The pictures will hopefully tell the story better than I could.

 

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From a mile high to sea level

We left right on schedule Friday morning.  We both had a long talk with the motorhome, and told her that if she did not act right, then she was out of our lives.  Last chance.

It may have worked, because we had a flawless trip from Ajijic to Cuyutlán.  We made it in just a little over four hours, driving at a casual rate of speed.  I was really surprised.  The last trip in a car, pushing the limit the whole way, it took three hours and twenty minutes.  I really enjoyed the more relaxed pace of this trip.

Ajijic is at an elevation of around 5200 feet.  The trip to the coast takes us through two dry salt lake beds, then back up to Cuidad Guzman.

Coming into Cuidad Guzman we passed the “Colima” volcano, which is currently active, and has been for years.

Not long after Cuidad Guzman, the four lane toll road narrows to two lanes for 11 miles of road through a section of the Sierra Madre Mountains, with several bridges over gorges that are in excess of 100 meters above the bottom of the gorge. (100 meters is longer than a football field.)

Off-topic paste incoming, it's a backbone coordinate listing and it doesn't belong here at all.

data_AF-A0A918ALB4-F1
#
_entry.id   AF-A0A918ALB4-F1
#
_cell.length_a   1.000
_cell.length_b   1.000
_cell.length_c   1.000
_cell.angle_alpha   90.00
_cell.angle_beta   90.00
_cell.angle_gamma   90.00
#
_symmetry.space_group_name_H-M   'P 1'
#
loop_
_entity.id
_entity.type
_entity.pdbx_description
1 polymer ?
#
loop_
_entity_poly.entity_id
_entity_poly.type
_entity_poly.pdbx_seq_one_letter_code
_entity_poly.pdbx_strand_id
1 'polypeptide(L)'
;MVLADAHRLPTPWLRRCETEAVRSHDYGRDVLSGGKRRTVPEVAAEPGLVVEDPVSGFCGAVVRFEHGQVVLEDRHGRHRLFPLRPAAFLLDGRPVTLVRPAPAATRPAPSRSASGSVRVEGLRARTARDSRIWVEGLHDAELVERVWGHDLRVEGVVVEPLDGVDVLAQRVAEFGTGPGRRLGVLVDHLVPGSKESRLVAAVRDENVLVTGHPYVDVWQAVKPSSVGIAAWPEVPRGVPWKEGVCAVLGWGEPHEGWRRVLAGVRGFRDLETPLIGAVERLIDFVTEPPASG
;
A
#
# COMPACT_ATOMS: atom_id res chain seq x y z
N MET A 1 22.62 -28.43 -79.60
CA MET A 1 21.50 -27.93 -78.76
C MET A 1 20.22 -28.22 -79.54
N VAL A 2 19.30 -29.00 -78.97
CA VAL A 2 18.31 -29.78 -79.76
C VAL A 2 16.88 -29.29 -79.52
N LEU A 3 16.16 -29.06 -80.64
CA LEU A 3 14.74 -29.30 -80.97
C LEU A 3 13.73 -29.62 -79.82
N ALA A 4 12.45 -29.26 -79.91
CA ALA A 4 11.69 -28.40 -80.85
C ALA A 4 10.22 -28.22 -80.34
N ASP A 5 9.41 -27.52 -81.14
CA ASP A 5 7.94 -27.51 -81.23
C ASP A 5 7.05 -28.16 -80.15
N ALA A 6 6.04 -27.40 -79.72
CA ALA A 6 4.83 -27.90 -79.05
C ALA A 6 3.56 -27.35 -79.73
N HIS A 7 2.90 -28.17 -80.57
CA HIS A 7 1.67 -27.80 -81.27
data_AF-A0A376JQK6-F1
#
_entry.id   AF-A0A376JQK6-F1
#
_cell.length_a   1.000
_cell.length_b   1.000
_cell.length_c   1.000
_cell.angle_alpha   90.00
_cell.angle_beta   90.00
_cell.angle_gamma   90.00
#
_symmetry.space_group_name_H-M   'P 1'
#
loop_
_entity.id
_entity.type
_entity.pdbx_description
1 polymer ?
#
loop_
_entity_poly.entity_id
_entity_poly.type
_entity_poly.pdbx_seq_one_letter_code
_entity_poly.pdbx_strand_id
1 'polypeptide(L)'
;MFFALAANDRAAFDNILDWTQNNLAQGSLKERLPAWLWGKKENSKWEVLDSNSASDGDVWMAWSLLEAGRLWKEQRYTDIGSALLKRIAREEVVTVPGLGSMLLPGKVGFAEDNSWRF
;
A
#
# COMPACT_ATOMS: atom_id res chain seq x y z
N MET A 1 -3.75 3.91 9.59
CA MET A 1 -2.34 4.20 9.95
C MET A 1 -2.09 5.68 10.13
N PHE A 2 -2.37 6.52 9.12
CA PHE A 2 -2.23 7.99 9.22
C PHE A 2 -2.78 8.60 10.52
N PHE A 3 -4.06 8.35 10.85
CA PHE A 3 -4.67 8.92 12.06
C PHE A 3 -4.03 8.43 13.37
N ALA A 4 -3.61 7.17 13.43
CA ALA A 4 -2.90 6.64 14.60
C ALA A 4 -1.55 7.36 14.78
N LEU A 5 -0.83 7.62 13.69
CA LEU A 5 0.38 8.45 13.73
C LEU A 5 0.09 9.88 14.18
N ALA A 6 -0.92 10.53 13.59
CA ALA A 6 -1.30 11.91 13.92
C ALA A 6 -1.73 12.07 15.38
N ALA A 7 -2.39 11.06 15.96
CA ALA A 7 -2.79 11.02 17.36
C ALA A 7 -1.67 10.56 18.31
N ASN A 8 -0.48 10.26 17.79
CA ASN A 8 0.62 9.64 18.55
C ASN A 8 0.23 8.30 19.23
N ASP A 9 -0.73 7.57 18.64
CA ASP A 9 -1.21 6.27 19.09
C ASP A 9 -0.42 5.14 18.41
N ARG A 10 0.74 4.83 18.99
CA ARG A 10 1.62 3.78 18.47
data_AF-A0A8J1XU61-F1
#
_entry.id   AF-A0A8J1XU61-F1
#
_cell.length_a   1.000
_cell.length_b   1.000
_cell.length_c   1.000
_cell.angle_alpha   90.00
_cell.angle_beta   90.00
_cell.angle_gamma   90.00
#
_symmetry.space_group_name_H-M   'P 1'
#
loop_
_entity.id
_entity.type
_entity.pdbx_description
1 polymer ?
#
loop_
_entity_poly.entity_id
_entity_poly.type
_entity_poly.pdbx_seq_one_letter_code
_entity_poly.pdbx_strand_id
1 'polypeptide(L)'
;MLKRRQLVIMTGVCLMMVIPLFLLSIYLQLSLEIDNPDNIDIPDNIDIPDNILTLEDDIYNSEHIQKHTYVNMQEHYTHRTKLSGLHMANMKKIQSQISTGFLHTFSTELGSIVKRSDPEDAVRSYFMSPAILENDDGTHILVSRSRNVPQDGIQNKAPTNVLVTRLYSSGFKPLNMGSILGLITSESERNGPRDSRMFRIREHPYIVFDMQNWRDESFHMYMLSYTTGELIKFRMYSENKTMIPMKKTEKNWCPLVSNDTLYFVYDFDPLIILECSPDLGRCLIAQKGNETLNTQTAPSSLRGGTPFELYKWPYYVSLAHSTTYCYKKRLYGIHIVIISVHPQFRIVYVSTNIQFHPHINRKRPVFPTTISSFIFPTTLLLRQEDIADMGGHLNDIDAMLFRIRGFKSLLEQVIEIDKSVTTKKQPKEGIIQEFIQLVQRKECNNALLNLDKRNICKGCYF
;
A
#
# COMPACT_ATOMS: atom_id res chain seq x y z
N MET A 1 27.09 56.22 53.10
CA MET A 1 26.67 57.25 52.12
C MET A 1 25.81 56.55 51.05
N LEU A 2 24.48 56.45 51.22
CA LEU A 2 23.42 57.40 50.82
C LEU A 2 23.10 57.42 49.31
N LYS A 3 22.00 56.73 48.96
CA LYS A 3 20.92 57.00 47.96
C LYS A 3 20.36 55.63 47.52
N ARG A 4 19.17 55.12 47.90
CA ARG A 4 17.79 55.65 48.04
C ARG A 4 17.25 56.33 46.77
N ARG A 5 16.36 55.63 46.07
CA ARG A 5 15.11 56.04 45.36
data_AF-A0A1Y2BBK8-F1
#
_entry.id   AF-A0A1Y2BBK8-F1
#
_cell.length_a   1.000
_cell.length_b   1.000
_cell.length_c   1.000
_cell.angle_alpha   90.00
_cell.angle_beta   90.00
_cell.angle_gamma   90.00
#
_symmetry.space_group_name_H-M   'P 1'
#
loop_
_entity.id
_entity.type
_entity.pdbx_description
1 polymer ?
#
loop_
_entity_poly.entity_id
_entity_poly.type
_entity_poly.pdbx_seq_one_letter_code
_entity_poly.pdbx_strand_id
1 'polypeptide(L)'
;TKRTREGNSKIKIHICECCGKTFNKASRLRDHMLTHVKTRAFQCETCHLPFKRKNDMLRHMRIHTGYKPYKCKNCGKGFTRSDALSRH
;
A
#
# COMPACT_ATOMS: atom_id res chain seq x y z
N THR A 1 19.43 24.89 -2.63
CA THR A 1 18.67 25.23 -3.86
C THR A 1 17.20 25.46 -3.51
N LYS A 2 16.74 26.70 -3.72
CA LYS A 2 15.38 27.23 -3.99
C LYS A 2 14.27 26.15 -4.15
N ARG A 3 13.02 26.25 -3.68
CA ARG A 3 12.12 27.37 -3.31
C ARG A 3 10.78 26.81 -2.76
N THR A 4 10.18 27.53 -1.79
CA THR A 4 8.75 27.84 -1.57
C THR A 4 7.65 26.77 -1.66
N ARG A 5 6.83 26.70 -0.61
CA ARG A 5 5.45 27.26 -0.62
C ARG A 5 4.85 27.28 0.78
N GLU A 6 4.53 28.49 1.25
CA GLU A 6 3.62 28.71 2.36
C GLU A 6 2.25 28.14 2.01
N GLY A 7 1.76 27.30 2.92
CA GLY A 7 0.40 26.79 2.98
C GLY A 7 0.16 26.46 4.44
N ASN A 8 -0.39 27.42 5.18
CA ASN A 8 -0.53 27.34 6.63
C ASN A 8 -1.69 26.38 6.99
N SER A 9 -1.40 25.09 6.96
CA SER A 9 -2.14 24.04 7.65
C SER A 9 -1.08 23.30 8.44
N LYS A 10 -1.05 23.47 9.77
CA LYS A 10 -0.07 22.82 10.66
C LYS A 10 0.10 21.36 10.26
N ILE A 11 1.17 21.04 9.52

Being afraid of heights, my peripheral vision was better than I wished for, because I really did not want to see how high we actually were.  Mind boggling to me.

The slight bit of extra play in the steering gear created an extra level of anxiety/excitement to the crossing of those bridges with a line of double semi-trailer trucks, passenger busses, sugar cane trucks, and assorted other oversize vehicles headed our way from the other side.

After Colima, it was literally a “coast to the coast”.  Downhill for miles, leveling out into palm orchards, with cattle grazing under the palms, altogether another eco-system.

Then it was not long until we arrived in Cuyutlán.  We have friends here, that we met on our last trip.  It was good to see them again.

Saturday morning we settled down, parked on a street in the city that dead-ended into the Malecón right in the heart of town.

 

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Back to the Coast

Friday we are headed back to the Pacific Coast to Cuyutlán.  We will be trading our mile high arid temperature in the high 70′s for warmer and more humid conditions.

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Cuyutlán is the home of the “Green Wave”  In the spring late in the afternoon, the sun shines through the waves.

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The Beaches are called “Black Sand” because they are made up of volcanic rock.  The sand is actually more of a dark grey.